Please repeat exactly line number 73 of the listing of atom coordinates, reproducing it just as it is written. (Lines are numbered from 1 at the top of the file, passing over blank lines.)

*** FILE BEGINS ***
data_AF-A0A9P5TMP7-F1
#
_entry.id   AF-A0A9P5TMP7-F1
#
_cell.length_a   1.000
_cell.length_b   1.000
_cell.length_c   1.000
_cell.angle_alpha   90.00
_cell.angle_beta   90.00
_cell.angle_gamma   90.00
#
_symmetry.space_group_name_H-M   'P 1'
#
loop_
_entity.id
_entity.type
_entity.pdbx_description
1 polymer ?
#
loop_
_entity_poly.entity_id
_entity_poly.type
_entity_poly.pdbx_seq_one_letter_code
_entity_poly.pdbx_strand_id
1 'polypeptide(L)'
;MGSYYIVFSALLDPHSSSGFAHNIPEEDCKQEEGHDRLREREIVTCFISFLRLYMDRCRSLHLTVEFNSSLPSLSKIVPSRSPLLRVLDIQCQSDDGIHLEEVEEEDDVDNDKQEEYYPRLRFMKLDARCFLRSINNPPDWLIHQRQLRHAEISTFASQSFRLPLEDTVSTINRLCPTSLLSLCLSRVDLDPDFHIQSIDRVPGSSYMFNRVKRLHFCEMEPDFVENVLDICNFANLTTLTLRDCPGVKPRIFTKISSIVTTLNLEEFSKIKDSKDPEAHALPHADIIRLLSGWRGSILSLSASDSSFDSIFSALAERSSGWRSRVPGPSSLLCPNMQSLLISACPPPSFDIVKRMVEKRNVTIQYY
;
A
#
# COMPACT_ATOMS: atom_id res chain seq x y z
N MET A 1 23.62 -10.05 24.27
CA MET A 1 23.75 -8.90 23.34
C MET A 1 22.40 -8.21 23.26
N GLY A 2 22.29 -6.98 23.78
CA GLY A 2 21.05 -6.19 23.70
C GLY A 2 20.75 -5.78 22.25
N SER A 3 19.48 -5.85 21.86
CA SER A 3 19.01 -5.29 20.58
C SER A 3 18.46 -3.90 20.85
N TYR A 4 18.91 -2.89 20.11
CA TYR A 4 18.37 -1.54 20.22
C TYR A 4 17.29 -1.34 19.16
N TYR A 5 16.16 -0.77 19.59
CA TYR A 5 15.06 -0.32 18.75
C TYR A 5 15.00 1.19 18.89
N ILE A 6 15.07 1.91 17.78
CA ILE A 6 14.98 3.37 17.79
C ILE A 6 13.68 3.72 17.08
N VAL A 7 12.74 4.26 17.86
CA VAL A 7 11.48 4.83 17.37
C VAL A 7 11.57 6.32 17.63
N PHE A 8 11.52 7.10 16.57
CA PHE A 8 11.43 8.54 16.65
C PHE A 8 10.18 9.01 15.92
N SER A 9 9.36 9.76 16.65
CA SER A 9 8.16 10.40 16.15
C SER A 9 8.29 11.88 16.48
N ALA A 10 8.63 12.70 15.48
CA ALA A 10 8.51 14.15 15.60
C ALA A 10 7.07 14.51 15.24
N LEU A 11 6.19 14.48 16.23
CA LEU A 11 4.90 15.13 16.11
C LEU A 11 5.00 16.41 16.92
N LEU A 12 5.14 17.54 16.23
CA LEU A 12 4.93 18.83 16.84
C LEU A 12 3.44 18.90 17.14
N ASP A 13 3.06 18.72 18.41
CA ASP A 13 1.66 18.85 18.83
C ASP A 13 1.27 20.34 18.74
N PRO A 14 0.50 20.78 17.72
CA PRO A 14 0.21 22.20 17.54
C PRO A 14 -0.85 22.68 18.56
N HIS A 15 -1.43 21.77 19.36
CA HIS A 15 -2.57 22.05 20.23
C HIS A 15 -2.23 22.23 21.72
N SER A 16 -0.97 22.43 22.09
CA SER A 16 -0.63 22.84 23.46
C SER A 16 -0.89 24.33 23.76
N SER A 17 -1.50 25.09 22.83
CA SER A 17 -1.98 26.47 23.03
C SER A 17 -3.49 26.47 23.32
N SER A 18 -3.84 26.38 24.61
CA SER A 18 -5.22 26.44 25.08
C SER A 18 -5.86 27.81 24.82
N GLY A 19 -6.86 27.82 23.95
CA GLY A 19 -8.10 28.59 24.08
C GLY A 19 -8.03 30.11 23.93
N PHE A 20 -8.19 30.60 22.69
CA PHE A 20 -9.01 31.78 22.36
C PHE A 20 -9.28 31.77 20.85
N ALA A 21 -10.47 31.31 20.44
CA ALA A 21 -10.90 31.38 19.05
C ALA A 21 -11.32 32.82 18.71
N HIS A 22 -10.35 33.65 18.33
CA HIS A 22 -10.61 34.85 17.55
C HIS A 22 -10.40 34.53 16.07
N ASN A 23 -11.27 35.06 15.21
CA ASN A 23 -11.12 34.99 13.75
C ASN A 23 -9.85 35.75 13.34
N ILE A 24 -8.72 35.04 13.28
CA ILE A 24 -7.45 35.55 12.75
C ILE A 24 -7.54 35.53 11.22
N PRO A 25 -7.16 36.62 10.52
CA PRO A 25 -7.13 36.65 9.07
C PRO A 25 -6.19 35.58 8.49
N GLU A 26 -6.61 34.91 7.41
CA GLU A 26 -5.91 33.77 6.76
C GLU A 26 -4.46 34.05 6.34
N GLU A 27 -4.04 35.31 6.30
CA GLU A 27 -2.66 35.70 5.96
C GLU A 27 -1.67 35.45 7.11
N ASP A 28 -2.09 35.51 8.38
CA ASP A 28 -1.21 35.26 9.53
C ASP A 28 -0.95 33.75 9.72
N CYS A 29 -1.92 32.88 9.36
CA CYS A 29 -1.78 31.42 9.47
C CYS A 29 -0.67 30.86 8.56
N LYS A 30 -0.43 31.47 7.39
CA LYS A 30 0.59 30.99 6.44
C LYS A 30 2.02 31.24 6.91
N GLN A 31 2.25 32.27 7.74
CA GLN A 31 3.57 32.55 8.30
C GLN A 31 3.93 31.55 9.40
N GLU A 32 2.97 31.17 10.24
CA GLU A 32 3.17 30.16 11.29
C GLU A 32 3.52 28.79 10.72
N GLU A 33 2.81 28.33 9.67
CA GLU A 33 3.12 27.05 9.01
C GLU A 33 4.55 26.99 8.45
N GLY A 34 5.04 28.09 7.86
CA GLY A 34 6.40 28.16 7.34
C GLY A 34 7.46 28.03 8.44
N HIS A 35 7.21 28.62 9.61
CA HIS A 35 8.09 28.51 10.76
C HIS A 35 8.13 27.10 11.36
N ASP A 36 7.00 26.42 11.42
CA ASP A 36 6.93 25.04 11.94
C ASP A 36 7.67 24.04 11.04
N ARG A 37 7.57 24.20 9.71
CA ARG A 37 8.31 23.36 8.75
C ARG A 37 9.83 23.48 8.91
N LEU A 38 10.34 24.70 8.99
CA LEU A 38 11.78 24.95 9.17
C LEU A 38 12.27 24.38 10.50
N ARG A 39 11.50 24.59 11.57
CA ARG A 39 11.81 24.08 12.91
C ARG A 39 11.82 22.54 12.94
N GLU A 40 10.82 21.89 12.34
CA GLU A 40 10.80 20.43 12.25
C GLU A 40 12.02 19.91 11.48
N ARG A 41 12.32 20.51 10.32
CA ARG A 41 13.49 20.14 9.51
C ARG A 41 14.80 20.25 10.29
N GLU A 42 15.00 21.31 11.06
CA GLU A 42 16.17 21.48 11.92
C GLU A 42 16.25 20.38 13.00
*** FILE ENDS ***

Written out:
N HIS A 15 -1.43 21.77 19.36